While he may not be a household name in the United States, Rui Hachimura has been a star on the international level for some time, especially in his home country of Japan. Scouts began to take note as far back as the 2014 U17 World Cup, when he played for the Japanese national team. He led all scorers in that tournament with an average of 22.6 points per game, besting some current NBA stars, such as Jamal Murray and Jayson Tatum.
Hachimura made significant strides in each of his three seasons with the Zags. When arriving at Gonzaga in 2016, he needed time to adjust. Among other things, he missed considerable practice time so that he could learn English. However, by the end of last season, he was playing significant minutes, and was considered to be a potential first-round pick. This past season, he set career highs across the board, averaging 19.7 points, 6.5 rebounds, 1.5 assists, and 1.7 steals and blocks combined per game, with excellent shooting splits (.591/.417/.739). As a result, he was named a first-team Consensus All-American.
Hachimura is one of the more well-rounded offensive prospects in this draft, and his potential to create mismatches at the next level is intriguing. Though he mainly played as a post player and cutter at Gonzaga, he displayed the tools and skills necessary to be used in a number of other ways. The junior is long, strong and sturdy, with solid athleticism. He has proven to be very capable in the paint and in transition, and flashed potential to score from deep, create off the bounce, and make shots on the move.
Several things could prevent Hachimura from being a lottery selection in this draft: he has much room to improve as a defender, his age is not ideal, and his perimeter offensive skills are not polished. By all accounts, he has a great work ethic, and given the strides that he has made at Gonzaga, and that he is relatively young in his development, there are reasons to be optimistic about his upside. In the end, I expect him to be drafted somewhere between the 10th and 20th selections, and he could end up outperforming a number of those who are selected before him based on their perceived potential.
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- Great combination of size, strength, length, and athleticism
- Highly efficient scorer, with inside-outside potential; averaged 1.15 points per possession (PPP) this season, ranking at the 97th percentile
- Can power through contact, catch and finish above the rim, and finish effectively with either hand; on half-court shots, not including post-ups, ranked at the 84th percentile for PPP around the basket this season
- Able to turn with either shoulder, and has a diverse post-up game, including a sweet fade-away jumper; ranked at the 90th percentile for PPP in the post this season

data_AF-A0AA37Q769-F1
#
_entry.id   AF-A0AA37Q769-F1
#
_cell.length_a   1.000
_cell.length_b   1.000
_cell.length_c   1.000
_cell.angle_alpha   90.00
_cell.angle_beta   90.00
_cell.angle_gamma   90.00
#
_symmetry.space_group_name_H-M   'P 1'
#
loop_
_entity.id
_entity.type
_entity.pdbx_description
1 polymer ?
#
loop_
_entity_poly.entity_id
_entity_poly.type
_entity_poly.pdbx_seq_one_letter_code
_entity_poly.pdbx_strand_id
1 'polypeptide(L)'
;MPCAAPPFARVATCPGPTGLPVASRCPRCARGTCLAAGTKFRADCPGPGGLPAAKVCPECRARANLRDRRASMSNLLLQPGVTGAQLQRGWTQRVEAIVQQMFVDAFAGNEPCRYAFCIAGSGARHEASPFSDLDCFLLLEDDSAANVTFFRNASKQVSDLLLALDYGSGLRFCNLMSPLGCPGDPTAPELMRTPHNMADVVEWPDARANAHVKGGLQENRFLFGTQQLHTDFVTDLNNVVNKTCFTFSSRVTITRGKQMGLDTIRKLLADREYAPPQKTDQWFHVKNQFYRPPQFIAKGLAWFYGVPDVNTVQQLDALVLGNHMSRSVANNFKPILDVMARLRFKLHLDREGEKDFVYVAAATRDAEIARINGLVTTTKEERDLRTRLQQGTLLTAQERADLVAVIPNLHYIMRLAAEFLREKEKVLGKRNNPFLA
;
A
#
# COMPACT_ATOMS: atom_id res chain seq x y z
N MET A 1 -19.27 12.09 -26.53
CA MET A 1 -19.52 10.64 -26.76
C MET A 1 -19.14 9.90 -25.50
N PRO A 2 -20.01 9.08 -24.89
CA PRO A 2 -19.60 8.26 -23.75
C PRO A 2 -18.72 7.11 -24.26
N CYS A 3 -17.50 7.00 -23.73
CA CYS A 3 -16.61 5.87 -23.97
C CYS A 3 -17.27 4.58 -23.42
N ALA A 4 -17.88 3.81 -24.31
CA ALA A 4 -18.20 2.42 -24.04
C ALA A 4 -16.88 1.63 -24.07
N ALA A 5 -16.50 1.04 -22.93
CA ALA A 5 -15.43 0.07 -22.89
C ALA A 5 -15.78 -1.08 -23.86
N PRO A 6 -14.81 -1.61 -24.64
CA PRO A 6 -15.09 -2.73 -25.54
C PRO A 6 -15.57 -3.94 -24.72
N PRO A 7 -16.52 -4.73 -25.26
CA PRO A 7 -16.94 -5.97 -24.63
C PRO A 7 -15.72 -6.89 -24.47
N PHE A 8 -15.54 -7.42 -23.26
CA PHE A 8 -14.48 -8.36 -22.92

- Deadly on jumpers within 17 feet; ranked at the 96th percentile for PPP in that category this season
- Can shoot on the move and is improving from deep; ranked at the 87th percentile for PPP on jumpers off the dribble
- Runs the floor well and is an excellent finisher on the break; ranked at the 89th percentile for PPP in transition this season
- Quick first step allows him to exploit mismatches; when driving to the basket this season from spot-up position, he ranked at the 95th percentile for PPP
- Active rebounder – quick off the floor, secures the ball with strong hands, snags boards outside of his area, and efficient on put-backs, ranking at the 83rd percentile for PPP
- Draws fouls at a very high rate (19.8 percent of his possessions), and makes a solid percentage from the free-throw line (74.6 percent for his career)
- Protects the basketball; turned the ball over on just 10.5 percent of his possessions this season
- Has the length and strength to effectively defend in the post; ranked no worse than the 60th percentile for PPP allowed over the last two seasons
- Can cover a lot of ground defensively, and is effective on closeouts; ranked no worse than the 80th percentile for PPP allowed as a spot-up defender over the last two seasons
- Deep shot still a work in progress, and mechanics are not yet consistent – took just 76 three-point attempts over his three-career at Gonzaga, making 31.6 percent
- Not the most dynamic ball handler, and can struggle to create space against better perimeter defenders
- Lacks great vision, and not an overly creative passer; averaged just 1.5 assists per game, with an assist-turnover ratio of .82
- Lacks elite lateral quickness, and can struggle when defending smaller players on the perimeter
- Lacks defensive instincts and awareness as a team defender; tends to ball watch and often slow to rotate and switch
- Struggles mightily to defend the pick and roll (handlers and screeners); over the past two seasons in terms of PPP allowed, ranked no better than the 44th percentile vs. handlers, and ranked no better than the 10th percentile vs. screeners
Sources, Credits, and Acknowledgements: Stats used in our scouting reports mainly come from Synergy Sports Technology and RealGM.com, and occasionally from Hoop-Math.com and Sports-Reference.com. The photo was courtesy of Gonzaga Athletics. Other outside sources are noted with links to the source.